What are turbinates?
Inside our noses on the side walls, we have radiators, referred to as turbinates, that humidify, heat, and filter the air as it flows into our noses.
Why do we need these radiators? Because the air needs to be treated before it reaches our lungs. It needs to be cleaned, warmed to the right temperature, and moistened. As you can see, the turbinates play an important role in the health of our bodies.
There are 3 turbinates in your nose
- Superior turbinates (upper)
- Middle turbinates
- Inferior turbinates (lower)
Functionally, the most important turbinates are the inferior, or lower, turbinates. They are bilaterally located on either side of the nasal septum and they are made of spongy and curly bones. Mucous membranes (epithelia) cover them and provide initial immunological help to the lymphatic system. Inferior turbinates can become inflamed or even shrink when you have a sinus infection, allergies, or if there is an environmental temperature swing. All of us have some degree of turbinate dysfunction at some point in our lives.
However, when the inferior turbinates continually become inflamed, it is chronic and is referred to as turbinate hypertrophy.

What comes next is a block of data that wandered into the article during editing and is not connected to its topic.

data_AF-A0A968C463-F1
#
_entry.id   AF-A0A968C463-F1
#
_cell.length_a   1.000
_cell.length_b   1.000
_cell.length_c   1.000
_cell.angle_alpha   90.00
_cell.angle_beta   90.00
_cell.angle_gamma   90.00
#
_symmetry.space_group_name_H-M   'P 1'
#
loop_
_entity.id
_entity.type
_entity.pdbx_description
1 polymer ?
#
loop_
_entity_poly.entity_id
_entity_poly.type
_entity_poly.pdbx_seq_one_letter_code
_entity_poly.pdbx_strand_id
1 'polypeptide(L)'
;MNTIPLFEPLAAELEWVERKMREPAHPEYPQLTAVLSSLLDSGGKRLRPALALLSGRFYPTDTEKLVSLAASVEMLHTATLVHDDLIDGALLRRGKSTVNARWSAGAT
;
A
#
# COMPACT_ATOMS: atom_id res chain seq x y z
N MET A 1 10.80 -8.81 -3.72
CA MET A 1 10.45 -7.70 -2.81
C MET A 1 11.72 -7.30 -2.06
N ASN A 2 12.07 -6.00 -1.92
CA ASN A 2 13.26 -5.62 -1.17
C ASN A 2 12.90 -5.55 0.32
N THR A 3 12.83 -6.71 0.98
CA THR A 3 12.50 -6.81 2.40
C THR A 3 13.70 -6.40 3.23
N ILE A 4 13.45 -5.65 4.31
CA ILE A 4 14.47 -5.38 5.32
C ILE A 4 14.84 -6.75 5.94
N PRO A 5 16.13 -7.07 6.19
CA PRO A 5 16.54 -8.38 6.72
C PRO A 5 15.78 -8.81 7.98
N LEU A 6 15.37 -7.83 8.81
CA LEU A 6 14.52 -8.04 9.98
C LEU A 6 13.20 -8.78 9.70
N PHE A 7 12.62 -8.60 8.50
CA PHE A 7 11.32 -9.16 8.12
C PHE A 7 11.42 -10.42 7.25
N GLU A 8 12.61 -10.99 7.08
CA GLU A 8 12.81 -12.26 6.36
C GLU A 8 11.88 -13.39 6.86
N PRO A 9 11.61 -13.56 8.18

Some symptoms of turbinate hypertrophy include breathing difficulty and snoring because the swelling of the turbinate closes off airflow into the nose.
Deviated septum and turbinate hypertrophy
Turbinate hypertrophy is associated with nosebleeds, chronic sinus infections and chronic sinusitis, each of which can be caused by a deviated septum.
The nasal septum is a thin wall of bone and cartilage that separates your left and right nasal cavities. When it becomes crooked or displaced to one side of the nose, it is referred to as a deviated septum. As the nasal septum deviates to one side of the nose, it can reduce airflow, create more difficulty breathing, leave you susceptible to chronic sinus infections, chronic post nasal drip, headaches, and can cause snoring, sleep apnea, bad breath, and tooth decay.
When the nasal septum protrudes to one side, interestingly, the inferior turbinate that becomes inflamed is on the opposite side. That is, if the septum deviates right, it’s the inferior turbinate on the left that is swollen. So, it’s rather common for doctor’s to encounter patients with two blocked nasal passages, one from the deviated septum and the other from the enlarged turbinate.
Treating turbinate hypertrophy
- Remove irritating physical and chemical factors, i.e., dry air, tobacco smoke, stress
- Nasal steroid sprays – reduces mucous inflammation
- Surgery (turbinoplasty) – also called a turbinate reduction that opens the nasal airways. A turbinoplasty can also be performed in conjunction with a septoplasty which is surgery to correct a deviated septum
Schedule an appointment
If you suffer from symptoms of turbinate hypertrophy – nasal congestion, difficulty breathing, chronic nosebleeds, chronic sinus infections – call (610) 279-7878 to schedule an appointment or click here to Request an Appointment.